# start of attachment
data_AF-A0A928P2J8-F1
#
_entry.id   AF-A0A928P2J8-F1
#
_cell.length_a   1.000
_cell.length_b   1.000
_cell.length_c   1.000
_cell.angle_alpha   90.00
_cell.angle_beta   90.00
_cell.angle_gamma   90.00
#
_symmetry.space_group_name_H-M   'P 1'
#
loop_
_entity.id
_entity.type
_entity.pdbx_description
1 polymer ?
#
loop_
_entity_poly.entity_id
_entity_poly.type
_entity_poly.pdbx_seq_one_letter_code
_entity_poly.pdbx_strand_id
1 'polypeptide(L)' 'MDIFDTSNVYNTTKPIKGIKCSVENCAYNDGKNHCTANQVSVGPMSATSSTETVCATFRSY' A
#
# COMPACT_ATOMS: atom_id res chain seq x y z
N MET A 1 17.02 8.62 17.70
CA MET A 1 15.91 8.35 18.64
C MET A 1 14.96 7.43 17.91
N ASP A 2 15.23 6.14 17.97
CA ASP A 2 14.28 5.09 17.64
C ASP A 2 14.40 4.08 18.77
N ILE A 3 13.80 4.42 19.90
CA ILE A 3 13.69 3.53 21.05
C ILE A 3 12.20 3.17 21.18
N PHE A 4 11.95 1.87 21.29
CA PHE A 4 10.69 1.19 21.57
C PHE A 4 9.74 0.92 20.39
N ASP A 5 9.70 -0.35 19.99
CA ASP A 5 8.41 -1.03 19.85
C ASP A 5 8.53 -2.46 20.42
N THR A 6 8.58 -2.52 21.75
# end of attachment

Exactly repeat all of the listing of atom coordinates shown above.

data_AF-A0A928P2J8-F1
#
_entry.id   AF-A0A928P2J8-F1
#
_cell.length_a   1.000
_cell.length_b   1.000
_cell.length_c   1.000
_cell.angle_alpha   90.00
_cell.angle_beta   90.00
_cell.angle_gamma   90.00
#
_symmetry.space_group_name_H-M   'P 1'
#
loop_
_entity.id
_entity.type
_entity.pdbx_description
1 polymer ?
#
loop_
_entity_poly.entity_id
_entity_poly.type
_entity_poly.pdbx_seq_one_letter_code
_entity_poly.pdbx_strand_id
1 'polypeptide(L)' 'MDIFDTSNVYNTTKPIKGIKCSVENCAYNDGKNHCTANQVSVGPMSATSSTETVCATFRSY' A
#
# COMPACT_ATOMS: atom_id res chain seq x y z
N MET A 1 17.02 8.62 17.70
CA MET A 1 15.91 8.35 18.64
C MET A 1 14.96 7.43 17.91
N ASP A 2 15.23 6.14 17.97
CA ASP A 2 14.28 5.09 17.64
C ASP A 2 14.40 4.08 18.77
N ILE A 3 13.80 4.42 19.90
CA ILE A 3 13.69 3.53 21.05
C ILE A 3 12.20 3.17 21.18
N PHE A 4 11.95 1.87 21.29
CA PHE A 4 10.69 1.19 21.57
C PHE A 4 9.74 0.92 20.39
N ASP A 5 9.70 -0.35 19.99
CA ASP A 5 8.41 -1.03 19.85
C ASP A 5 8.53 -2.46 20.42
N THR A 6 8.58 -2.52 21.75